The Reykjavik City Theatre offers entertainment ranging from new Icelandic drama, well-known classics and dance performances, to rock concerts and more. The theater is home to a thriving drama department alongside the Icelandic Dance Company, who host various productions throughout the year. The theater complex is composed of multiple smaller venues, including a main stage with a capacity of 560, and a cafe-theater for more informal, intimate performances. Those who truly enjoy the performing arts would do well to invest in a subscription. With its eclectic program and modern facilities, the Borgarleikhúsið, or the City Theatre of Reykjavík, is a great place to delve into Icelandic culture.
Gljufrasteinn was the home of Halldor Kiljan Laxness, a celebrated writer of Iceland and probably one of the best writers in the world of literature. Constructed in the year 1945, the structure was designed by Agust Palsson, a noted architect. Now converted into a museum, the building welcomes visitors with a multimedia display about the writer's life and his iconic works. His life is chronicled against the backdrop of key events in the history of Iceland.
An urbane, thriving capital that rests on the waters of the North Atlantic ocean, the city of Reykjavik is scattered with indicators of Viking history, a blossoming cultural realm, iconic architectural marvels, and a gorgeous sprawl of natural beauty. The city is one of the many cornerstones of the Viking Age, semblances of which can be seen in the Saga Museum and the Reykjavík 871±2. It is also the proud home of the geothermal wonders of the Blue Lagoon, the remarkable Hallgrímskirkja, and the unique Perlan building. A wealth of bars, superb restaurants, nightclubs and cafes dot the streets of Reykjavik's center, expressing their newfound cosmopolitan energy. At the edge of its modern outskirts, Reykjavik also hosts incredible landscapes and stretches of unspoiled wilderness that are waiting to be explored.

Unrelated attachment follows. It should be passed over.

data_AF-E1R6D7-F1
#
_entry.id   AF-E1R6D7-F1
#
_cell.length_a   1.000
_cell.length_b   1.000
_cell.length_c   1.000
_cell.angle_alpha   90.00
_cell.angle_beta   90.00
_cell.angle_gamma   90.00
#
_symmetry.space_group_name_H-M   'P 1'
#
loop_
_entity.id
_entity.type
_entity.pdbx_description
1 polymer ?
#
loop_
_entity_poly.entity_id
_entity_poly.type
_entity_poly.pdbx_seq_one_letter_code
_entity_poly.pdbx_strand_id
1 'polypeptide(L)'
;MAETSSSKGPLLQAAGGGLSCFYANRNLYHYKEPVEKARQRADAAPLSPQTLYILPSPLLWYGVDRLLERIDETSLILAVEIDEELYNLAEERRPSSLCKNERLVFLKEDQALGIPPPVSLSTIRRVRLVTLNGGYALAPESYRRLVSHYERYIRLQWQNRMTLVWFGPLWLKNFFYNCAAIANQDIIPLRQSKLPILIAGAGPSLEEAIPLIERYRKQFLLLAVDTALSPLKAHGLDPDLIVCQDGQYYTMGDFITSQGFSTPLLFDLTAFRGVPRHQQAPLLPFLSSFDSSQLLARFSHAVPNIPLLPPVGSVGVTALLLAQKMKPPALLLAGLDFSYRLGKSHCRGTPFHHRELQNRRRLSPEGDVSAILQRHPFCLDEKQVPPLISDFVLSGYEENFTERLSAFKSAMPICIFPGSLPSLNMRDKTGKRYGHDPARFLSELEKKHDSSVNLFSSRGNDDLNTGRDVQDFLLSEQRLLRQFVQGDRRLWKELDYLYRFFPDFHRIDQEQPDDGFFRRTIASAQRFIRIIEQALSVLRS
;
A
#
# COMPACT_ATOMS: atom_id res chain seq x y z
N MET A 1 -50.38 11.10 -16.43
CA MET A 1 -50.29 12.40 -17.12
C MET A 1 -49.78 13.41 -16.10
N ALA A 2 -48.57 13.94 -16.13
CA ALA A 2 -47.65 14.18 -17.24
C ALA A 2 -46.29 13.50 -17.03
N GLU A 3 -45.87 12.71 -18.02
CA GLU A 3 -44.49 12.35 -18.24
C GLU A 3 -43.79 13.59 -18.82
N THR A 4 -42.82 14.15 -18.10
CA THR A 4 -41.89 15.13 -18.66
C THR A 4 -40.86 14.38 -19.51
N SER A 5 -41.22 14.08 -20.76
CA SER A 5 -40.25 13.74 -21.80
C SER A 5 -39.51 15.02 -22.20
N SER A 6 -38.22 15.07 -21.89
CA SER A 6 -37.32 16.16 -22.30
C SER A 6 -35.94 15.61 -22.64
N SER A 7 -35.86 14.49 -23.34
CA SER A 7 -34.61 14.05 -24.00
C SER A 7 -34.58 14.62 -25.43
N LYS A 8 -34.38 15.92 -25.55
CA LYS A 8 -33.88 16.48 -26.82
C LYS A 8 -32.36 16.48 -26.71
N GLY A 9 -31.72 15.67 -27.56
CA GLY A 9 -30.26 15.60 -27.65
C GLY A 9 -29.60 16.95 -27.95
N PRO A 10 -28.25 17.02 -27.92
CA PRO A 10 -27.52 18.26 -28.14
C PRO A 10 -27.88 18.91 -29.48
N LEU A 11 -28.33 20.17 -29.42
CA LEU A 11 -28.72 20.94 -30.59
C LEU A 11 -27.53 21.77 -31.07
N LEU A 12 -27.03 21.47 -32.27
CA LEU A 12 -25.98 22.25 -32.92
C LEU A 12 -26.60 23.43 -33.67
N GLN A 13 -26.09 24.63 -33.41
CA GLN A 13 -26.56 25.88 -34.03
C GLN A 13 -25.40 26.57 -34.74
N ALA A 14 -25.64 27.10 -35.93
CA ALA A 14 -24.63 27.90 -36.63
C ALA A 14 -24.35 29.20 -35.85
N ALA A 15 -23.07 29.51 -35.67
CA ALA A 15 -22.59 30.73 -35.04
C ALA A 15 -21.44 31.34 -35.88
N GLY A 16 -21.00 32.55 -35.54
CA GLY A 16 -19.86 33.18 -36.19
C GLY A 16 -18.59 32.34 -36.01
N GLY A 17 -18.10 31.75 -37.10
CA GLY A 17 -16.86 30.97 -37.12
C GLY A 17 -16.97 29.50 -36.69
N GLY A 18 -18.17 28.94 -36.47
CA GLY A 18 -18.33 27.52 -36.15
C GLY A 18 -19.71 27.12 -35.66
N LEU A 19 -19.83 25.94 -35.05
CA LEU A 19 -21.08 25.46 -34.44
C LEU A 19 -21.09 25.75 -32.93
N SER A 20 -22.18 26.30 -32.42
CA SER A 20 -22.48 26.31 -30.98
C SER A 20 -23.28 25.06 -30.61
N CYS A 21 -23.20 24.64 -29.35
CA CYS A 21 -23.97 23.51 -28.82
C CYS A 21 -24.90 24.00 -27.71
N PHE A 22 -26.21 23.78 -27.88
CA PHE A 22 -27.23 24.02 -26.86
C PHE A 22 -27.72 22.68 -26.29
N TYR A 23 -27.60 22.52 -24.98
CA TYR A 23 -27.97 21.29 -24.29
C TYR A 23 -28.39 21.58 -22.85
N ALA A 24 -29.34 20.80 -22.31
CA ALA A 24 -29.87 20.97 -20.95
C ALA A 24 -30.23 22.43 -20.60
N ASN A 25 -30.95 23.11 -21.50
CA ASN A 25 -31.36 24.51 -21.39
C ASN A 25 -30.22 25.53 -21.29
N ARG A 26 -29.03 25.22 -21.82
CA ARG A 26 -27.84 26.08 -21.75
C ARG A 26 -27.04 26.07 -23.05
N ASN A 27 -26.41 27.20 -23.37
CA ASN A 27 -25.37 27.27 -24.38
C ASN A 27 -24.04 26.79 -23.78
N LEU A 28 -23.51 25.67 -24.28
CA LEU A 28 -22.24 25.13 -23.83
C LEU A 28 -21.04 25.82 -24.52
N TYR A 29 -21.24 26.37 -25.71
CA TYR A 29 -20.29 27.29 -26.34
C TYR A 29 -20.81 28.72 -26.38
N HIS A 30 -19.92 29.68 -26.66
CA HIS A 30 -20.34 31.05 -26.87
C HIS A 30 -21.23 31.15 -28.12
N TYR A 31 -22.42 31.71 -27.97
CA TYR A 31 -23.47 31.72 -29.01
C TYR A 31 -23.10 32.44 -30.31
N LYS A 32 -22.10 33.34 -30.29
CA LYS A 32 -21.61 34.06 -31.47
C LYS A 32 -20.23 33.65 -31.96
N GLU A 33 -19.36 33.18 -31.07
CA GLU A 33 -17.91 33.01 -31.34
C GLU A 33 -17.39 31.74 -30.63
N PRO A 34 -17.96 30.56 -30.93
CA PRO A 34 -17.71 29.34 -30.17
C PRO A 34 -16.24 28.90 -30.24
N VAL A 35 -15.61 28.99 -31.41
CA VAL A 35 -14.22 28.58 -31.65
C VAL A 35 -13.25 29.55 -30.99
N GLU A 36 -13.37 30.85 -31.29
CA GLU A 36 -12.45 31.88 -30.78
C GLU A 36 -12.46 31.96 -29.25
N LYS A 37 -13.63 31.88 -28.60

One of the best parks in the city, Klambratún is known for its lush greenery and ample recreational space. Locals flock this park with their families and children. Earlier known as Miklatún, the park provides a basketball court and a beach volleyball court as well. It also doubles up as a venue for local concerts and events.
Keiluhöllin Egilshöll is among the premier bowling alleys in the country. This avant-garde center has 22 lanes with automatic scoreboards. Hone your skills or compete with friends and family at this establishment. Opened in 2012, it also features a lovely restaurant and sports bar. Though it is expensive, you can be sure of a fun time at this place.
Ribboned by a sunlit stretch of soft golden sand, the Nauthólsvík Thermal Beach offers a Mediterranean-inspired experience in the center of the city. Warm, gentle waves lap at the shores, providing a refreshing change from landscapes forged by ice. This delightful artificial beach was an initiative undertaken by the city to utilize naturally-occurring geothermal resources to create warm spots in the sea. The country's strategic location along the Mid-Atlantic ridge means that warmer waters can be fused with icy cold waters to create a pleasant area for swimming. Equipped with an array of facilities like changing rooms, hot showers, and a cafe, the Nauthólsvík Thermal Beach attracts several beach lovers who fancy a swim all around the year.